The damage of any weapon represents an average output someone would have with it. And while your character may be an expert swordsman - you don't have to be. Game rules imply that your fighter decides when to Lunge, Remise, Parry, Passata Sotto, or kick someone in the nuts while you roll an Attack action.

Also: A good warrior wouldn't miss when allowed to deal a fatal blow. So when Attack action fails, it could also mean that there was no opportunity to perform a hit, and the warrior didn't swing his sword at all. If he hits and deals two damage, he pushes the enemy with his shield to throw them off-balance.

Also, a fighter making four attacks during his Action can mean that he is doing one mighty hit with 4-times the damage he could 20 Levels earlier. True, fighter rolls for each one, but he is less likely to miss during his turn because he is powerful).

Suppose there is a system with unique rules for each of the abovementioned actions. In that case, that will imply that unless you are using that rule, you are not performing any interesting Actions and just doing traditional combat, but that would be very boring, Barbarian or Bard.

As a DM, I don't talk about this stuff directly, but now and then, try to show that if something makes more sense in the given situation and doesn't affect the numbers, it is happening.

Storytelling through combat

DMG has some easy to overlook suggestions, one of which is to sometimes allow players to succeed on a throw they missed by 1 or 2. The player rolled 11 when the AC was 12. This could be an opportunity to introduce some story building. Maybe the enemy wants to break through the ranks, you could offer a hit if the player moves 1 cell back (with the monster).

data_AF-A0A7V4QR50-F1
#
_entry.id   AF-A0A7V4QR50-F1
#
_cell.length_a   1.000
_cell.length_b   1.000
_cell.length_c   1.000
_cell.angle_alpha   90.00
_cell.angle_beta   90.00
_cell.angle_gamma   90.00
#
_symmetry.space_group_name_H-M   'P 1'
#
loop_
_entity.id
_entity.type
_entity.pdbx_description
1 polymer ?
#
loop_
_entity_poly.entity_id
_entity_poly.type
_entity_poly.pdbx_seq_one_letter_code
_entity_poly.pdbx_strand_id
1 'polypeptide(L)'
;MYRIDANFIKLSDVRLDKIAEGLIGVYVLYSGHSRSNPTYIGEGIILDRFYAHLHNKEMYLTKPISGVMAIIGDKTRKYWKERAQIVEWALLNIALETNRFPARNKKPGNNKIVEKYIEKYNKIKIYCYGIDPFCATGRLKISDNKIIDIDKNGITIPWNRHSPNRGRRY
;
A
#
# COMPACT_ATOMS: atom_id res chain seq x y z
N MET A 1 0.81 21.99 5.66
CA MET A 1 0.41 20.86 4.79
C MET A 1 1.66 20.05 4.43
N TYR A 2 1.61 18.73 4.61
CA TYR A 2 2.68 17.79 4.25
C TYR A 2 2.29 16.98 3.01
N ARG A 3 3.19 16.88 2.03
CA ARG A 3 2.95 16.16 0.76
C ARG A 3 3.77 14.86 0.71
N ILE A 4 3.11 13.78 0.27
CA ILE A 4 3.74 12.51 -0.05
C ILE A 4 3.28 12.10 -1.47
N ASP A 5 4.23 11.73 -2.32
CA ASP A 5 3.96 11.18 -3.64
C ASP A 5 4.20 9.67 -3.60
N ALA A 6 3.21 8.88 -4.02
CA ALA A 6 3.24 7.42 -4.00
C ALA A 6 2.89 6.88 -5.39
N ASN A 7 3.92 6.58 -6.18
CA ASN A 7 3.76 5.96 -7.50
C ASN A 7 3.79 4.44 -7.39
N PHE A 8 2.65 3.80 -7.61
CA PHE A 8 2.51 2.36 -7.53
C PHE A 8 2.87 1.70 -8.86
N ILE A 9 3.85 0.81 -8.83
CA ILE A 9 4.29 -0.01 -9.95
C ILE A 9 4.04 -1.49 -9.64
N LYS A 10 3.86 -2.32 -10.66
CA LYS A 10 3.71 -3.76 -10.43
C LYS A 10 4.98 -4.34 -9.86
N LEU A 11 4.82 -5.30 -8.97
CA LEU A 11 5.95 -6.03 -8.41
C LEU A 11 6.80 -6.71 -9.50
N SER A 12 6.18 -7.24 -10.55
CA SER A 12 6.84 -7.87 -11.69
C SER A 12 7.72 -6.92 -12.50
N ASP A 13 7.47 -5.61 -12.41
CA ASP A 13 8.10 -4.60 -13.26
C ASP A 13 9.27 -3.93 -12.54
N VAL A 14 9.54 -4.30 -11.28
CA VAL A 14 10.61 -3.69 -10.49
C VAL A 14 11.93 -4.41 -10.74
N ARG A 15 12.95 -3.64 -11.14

Epic encounter balance

Does cutting through break the balance, and should you account for it? It depends on how critical balancing and XP are to your game. If you level up by milestones then I'd say go for this rule. Also, how powerful the characters should feel in your story? Too much power and you may lose some of the tension. I can offer a few counters to swing the balance back into the Goblin's side.

If a character is surrounded, the attacker gets +2/+5 to hit instead of Advantage. That will be +2 if two enemies are on opposite sides and +5 if three are attacking one creature from relatively different sides. Advantage may seem better than +2, but if enemies have Pack Tactics or any other Advantage source, you'll get benefits stacked and players overwhelmed. Also, in our campaign, encounters often end with everyone surrounding the boss who has his abilities lowered by spells. While everyone realizes there is no reason to wait for the previous player to finish his turn before rolling your attack, DM is playing this:

Anything else you can do?

Yes, here is a list of ingredients to spice up your encounter:

  • High ground/Tight passages - players would welcome any opportunity to ration the flow of enemies to create choke points.

  • Legendary Actions - something I didn't appreciate at first, but

  • Civilians/Structures - if the environment demands things to be protected or destroyed, the opponents themselves are no longer the main point, which is a great thing. You can say that the flow of zombies isn't meant to be defeated but stopped or held back for long enough for the people to evacuate.

  • A Boss - Yeah, the only thing more intimidating than a swarm is a queen in charge of it.

  • Timer - Holding the line until the mage arrives with a backup or blasting forward to stop the doom mechanism instantly scales the epic-ness of a horde slashing exercise.

  • Decision - It is infinitely better when a fight starts with the player's choice to start it, instead of DM's "Surprise, we'll be throwing lots of dice today."

bottom of page